The first locations to have teams of trained volunteer recorders for the project are on The Malvern Hills, Fownhope and Ross-on-Wye with more planned in 2010 for other regions of the county. All these sites have old records or anecdotal accounts of reptile presence, but what is the situation today with the pressures of visitor numbers and disturbance? That's what this project hopes to find out.
Volunteers currently on surveys have commented on their enjoyment on visiting the same location at intervals throughout the spring and really seeing the seasonal changes and of feeling very protective of the animals they record there. The wonderful thing is that they are there to observe rather than interact with our native reptiles and so they see these creatures in their completely natural state.
As project officer I visit wildlife groups and schools in Herefordshire, talking about our native reptiles and their habitats and creating wildlife interest for future generations. Feedback from the classroom has been fantastic; children really are engaging about these visits and get very animated. It always impresses me - and the teachers - how much knowledge children absorb and in a few schools I have encountered potential future reptile enthusiasts, reminding me of my own school days.
Many Herefordshire schools now have wildlife areas within their grounds and through the project they can learn how to attract some of our more unusual native species. Slow-worms and grass snakes are the species most likely associated with gardens, parks and more built-up areas and likely candidates as a surprise garden sighting. We happily encourage birds with feeders and nest boxes but to have a beautiful slow-worm basking on the compost heap or grass snake swimming in the garden pond is a really notable and exciting encounter when you realise how secretive these creatures are.
Already 'What's That Snake?' has visited 14 schools in the county, seeing over 1000 children, and the response has been tremendous. The project has planned to visit up to 30 more schools during its two year period. With such positive feedback a What's That Snake? DVD and worksheet pack for schools are being planned.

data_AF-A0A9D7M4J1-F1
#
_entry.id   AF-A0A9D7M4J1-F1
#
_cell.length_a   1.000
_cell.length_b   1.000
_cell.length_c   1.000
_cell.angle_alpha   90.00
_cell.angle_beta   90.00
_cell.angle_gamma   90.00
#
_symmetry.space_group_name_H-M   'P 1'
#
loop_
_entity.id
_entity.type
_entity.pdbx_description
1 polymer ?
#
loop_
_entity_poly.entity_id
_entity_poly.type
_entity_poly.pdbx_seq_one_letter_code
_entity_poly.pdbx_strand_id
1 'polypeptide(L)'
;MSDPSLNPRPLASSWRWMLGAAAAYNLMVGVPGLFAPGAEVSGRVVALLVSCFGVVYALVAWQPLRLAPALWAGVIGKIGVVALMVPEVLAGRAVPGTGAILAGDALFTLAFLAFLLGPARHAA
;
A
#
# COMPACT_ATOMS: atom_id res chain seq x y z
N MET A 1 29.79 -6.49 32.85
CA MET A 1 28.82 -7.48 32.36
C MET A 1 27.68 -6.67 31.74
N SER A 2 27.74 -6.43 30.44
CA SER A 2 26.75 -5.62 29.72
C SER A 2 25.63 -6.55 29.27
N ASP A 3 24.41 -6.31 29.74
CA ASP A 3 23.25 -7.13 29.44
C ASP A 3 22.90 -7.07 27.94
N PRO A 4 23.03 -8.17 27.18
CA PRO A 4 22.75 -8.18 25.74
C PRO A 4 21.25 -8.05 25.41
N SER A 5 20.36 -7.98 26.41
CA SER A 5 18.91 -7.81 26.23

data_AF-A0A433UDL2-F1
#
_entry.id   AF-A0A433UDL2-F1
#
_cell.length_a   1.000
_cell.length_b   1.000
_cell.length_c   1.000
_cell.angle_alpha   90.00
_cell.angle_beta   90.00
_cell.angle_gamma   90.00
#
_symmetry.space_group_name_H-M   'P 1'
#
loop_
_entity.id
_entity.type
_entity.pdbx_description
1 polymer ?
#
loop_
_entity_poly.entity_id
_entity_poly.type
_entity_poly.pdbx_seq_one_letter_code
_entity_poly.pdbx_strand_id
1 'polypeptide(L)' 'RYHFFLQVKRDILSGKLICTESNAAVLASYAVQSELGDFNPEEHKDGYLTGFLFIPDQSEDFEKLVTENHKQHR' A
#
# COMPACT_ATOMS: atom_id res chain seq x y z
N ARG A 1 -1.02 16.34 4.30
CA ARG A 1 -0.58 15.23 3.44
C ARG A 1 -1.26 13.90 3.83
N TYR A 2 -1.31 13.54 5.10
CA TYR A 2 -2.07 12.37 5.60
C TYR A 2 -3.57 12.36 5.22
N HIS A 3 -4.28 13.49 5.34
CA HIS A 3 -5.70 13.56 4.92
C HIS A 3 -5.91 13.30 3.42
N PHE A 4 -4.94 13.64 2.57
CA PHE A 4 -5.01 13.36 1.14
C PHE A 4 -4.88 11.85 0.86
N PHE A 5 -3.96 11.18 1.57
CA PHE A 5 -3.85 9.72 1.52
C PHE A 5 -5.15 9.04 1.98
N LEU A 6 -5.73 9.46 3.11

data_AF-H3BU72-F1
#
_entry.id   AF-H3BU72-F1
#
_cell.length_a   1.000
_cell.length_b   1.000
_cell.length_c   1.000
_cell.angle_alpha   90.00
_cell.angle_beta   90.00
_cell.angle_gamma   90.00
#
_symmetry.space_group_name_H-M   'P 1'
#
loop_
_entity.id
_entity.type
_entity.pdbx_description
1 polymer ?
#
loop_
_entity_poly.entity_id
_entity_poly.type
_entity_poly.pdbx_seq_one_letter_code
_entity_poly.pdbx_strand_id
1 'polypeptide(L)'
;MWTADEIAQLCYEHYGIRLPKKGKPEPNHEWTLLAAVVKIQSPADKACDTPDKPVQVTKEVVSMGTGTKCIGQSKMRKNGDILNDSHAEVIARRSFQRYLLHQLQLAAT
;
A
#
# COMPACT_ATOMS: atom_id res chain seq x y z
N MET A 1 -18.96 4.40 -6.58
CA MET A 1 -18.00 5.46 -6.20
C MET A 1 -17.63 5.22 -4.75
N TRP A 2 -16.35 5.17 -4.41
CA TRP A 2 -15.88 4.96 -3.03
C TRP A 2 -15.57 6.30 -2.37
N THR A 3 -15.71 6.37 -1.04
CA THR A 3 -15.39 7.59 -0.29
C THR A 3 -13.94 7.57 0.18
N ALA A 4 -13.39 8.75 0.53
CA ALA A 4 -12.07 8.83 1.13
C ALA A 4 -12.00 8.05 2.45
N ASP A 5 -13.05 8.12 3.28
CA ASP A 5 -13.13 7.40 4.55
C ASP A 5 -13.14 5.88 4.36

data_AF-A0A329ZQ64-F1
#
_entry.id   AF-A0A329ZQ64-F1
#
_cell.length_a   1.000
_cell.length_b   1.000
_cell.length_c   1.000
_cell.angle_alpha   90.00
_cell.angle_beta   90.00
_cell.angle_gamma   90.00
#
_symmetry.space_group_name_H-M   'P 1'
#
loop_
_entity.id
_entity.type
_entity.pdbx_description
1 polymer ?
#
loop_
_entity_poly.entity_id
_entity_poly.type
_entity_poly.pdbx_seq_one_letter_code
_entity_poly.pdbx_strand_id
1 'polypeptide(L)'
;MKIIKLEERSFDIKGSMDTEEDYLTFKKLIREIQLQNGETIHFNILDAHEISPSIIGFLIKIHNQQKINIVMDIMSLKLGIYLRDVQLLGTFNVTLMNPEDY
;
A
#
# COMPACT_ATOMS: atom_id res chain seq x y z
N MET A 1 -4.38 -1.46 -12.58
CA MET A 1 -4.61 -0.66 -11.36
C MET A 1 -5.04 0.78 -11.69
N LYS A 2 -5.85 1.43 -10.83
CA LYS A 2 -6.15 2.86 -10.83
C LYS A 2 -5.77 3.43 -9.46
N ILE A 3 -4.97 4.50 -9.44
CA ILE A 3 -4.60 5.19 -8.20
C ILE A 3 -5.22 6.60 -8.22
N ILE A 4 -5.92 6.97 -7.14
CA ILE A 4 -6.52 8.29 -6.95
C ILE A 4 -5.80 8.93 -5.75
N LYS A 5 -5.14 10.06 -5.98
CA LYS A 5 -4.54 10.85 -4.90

Community road shows, with dedicated advice and visual displays and a stunning banner with an image of the adder are happening throughout the summer. A species identification recording leaflet for people to take away and fill in their reptile sightings has been distributed through these events and is also available from the Herefordshire Nature Trust. A reptile habitat management guide for landowners will also soon be available. There is also a web page linked to the Herefordshire Amphibian and Reptile Team site (www.herefordhart.org) to keep the public informed of the project's activities.
Outdoor guided walks and play activities linked to Herefordshire Nature Trust's Wildplay with a reptile theme, have been very popular with parents and children.
Reptiles are very much indicators of the health of our countryside and What's That Snake? will hopefully give us an idea of how these indicators are faring.
If you would like to come along to one of the training events, pass on any records of snake or lizard sightings, book a talk for a school or group, or have more information about this project then please contact me, Nigel Hand, Project Officer, at The Herefordshire Nature Trust, tel: 01432 356872
Herefordshire Nature Trust and Herefordshire Amphibian and Reptile Team are supported by their members.
If you are interested in joining either organisation please ring 01432 356872. www.herefordshirewt.org